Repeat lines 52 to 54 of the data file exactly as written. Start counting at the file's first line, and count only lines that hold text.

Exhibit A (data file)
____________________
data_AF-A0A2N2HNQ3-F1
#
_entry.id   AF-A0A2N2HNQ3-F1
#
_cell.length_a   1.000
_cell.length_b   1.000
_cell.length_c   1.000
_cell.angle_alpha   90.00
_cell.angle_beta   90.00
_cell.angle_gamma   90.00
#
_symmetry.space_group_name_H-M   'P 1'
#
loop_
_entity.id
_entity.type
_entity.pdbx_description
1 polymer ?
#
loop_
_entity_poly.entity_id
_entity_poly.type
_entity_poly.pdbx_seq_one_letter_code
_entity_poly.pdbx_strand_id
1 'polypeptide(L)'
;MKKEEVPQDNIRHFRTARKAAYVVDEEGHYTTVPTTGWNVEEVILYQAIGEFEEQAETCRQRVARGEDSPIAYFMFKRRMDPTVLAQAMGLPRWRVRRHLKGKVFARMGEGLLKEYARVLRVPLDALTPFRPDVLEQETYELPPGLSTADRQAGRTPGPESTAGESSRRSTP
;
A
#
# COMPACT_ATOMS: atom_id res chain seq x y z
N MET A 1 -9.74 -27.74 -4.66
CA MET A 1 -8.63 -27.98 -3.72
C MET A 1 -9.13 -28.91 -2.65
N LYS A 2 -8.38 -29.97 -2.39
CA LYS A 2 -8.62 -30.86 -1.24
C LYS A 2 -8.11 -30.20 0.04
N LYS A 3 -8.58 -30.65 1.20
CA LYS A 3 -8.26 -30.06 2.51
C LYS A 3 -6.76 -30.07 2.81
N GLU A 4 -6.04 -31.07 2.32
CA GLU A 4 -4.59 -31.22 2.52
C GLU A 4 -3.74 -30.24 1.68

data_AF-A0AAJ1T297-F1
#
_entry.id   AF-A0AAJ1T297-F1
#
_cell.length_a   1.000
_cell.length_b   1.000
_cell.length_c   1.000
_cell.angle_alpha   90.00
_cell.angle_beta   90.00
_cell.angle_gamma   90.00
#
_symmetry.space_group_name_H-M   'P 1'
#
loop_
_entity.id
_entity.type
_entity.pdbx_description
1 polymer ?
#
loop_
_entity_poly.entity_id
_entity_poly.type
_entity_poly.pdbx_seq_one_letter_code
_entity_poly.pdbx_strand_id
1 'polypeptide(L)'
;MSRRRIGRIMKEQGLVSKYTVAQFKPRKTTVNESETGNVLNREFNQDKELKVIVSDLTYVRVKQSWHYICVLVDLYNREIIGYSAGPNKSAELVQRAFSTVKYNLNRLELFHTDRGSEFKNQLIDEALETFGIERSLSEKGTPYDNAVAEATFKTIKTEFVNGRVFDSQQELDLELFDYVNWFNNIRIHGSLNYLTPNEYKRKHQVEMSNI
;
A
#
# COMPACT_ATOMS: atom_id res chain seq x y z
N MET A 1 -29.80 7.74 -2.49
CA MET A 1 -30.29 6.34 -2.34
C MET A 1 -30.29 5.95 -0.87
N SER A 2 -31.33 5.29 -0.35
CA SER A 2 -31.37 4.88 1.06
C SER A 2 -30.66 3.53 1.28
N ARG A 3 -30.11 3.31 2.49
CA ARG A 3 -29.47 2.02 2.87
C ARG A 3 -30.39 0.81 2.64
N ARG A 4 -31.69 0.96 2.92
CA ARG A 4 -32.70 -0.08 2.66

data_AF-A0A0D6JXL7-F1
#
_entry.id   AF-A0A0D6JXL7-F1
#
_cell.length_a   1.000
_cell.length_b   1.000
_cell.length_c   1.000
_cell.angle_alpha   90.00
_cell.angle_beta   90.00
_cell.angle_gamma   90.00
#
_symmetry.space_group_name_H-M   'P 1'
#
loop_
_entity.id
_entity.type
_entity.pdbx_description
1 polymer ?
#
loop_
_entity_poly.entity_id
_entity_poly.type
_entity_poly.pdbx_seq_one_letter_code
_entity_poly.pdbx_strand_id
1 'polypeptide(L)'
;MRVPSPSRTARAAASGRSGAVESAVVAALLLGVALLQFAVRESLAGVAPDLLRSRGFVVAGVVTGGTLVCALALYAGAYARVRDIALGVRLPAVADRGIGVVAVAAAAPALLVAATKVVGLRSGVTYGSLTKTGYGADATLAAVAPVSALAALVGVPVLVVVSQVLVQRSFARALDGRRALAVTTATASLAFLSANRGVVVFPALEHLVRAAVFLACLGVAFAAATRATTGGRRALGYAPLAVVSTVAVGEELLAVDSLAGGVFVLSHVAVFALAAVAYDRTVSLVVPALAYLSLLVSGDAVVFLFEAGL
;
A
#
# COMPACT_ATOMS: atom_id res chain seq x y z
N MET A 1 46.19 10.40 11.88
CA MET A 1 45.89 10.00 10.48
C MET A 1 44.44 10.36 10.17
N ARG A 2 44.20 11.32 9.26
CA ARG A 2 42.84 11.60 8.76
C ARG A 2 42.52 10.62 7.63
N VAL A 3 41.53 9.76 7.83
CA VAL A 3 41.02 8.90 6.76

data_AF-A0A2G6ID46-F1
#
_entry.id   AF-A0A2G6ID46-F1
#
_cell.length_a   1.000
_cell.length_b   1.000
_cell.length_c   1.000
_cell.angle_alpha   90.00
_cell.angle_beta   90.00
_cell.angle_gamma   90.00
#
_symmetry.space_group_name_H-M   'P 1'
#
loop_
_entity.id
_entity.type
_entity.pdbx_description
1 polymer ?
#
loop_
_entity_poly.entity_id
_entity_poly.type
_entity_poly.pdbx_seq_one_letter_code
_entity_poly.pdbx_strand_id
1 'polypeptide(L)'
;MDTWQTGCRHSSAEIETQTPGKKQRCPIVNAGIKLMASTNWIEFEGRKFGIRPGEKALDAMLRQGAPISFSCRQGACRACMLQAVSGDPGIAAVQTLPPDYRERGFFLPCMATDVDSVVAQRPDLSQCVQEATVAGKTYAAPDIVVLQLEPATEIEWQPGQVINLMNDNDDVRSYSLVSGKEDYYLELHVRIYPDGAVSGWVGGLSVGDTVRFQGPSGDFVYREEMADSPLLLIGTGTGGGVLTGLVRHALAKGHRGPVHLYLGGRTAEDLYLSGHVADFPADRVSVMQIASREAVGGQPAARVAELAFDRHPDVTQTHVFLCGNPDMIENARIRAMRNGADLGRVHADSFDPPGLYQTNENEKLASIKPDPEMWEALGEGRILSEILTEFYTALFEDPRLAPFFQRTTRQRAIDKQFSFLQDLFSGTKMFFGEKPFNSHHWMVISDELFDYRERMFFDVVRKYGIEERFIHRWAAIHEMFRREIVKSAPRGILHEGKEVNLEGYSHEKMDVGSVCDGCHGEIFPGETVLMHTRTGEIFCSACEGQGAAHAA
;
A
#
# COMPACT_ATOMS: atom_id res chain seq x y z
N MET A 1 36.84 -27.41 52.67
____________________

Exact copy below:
_cell.angle_gamma   90.00
#
_symmetry.space_group_name_H-M   'P 1'